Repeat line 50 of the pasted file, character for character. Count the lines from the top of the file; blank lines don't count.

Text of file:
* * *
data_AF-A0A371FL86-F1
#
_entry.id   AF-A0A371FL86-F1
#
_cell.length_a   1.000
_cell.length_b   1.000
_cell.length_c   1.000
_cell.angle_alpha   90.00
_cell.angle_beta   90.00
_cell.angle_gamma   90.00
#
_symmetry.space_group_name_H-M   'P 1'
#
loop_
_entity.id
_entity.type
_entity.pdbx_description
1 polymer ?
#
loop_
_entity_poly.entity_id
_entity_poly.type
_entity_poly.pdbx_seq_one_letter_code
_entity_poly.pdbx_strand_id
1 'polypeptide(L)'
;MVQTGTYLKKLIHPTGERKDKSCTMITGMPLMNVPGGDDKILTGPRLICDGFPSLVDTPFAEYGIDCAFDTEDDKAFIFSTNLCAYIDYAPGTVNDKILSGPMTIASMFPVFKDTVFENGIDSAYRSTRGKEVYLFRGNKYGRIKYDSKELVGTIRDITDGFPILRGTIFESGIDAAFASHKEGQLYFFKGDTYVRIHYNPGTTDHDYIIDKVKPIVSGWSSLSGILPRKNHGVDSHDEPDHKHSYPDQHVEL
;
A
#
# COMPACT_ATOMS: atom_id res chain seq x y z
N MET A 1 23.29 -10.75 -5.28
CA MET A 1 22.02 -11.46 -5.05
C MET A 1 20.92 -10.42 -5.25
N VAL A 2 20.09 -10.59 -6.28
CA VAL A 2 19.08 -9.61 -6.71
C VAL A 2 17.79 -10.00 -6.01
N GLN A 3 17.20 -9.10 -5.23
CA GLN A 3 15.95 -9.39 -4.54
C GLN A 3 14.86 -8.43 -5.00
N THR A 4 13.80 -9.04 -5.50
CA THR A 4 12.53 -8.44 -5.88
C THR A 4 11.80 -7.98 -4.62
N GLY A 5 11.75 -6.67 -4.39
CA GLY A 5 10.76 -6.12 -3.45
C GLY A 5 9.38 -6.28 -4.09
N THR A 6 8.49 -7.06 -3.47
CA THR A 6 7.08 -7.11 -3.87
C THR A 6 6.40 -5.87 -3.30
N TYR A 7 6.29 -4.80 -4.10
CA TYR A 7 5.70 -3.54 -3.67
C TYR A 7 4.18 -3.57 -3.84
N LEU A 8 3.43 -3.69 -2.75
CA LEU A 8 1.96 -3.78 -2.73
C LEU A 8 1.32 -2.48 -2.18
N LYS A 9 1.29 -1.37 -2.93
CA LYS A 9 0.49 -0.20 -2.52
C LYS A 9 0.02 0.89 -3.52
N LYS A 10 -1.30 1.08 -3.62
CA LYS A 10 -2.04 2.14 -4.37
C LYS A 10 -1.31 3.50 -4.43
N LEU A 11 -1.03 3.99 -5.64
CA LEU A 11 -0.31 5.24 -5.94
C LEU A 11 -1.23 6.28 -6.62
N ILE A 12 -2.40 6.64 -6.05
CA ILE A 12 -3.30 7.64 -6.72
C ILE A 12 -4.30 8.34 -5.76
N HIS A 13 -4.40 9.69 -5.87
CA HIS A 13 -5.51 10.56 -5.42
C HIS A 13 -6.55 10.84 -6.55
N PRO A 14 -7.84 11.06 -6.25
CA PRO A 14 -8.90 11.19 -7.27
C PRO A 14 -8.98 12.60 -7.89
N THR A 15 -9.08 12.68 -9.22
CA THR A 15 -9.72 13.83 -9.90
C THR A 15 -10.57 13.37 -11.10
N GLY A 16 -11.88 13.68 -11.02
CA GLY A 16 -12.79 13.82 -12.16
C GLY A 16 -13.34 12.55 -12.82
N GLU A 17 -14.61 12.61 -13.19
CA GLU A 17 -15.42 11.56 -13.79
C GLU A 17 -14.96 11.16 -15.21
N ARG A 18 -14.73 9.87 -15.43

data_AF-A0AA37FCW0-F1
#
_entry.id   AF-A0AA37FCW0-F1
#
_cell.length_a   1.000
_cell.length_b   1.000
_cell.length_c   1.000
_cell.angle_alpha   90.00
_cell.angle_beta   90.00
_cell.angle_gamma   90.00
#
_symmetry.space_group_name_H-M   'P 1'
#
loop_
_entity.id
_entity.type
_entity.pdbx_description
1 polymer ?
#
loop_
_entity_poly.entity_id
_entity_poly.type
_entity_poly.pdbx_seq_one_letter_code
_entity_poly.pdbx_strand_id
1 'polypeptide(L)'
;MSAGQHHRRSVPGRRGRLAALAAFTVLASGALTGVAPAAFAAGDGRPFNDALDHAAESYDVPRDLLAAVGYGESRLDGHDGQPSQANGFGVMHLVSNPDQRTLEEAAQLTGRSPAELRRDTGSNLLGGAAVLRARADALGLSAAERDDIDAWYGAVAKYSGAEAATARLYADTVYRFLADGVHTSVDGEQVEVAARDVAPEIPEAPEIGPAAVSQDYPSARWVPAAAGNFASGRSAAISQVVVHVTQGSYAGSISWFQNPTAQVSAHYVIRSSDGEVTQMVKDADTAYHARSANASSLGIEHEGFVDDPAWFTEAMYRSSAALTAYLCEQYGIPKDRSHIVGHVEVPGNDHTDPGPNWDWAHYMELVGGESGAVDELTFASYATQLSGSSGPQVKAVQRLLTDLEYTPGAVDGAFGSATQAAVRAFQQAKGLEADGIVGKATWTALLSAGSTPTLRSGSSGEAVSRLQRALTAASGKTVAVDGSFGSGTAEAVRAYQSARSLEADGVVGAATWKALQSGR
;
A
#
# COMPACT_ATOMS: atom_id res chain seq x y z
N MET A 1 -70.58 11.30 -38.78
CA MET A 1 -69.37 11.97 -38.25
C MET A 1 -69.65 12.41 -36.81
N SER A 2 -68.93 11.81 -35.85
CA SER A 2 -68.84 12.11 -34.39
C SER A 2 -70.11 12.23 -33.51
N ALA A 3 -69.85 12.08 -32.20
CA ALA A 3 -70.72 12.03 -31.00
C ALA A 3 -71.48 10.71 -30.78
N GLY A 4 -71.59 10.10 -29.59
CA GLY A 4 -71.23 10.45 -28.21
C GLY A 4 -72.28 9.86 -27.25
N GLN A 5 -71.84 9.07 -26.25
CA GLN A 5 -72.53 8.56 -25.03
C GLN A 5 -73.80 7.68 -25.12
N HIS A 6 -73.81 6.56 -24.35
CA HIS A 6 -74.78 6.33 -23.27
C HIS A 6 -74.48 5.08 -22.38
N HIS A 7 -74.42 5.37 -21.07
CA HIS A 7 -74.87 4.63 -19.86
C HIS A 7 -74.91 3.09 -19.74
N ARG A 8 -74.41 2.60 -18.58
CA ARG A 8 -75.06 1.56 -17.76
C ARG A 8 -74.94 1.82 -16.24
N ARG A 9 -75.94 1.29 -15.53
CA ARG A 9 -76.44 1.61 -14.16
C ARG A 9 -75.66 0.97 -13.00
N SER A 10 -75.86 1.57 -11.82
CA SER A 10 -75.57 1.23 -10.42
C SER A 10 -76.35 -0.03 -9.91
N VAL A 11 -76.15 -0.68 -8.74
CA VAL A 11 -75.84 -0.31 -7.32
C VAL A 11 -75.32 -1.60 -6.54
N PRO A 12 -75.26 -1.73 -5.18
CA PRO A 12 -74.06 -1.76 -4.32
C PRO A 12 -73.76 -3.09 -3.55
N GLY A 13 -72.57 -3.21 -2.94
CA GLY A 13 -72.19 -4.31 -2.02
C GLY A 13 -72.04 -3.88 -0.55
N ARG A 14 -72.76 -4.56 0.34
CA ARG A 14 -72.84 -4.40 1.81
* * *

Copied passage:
CA TYR A 7 5.70 -3.54 -3.67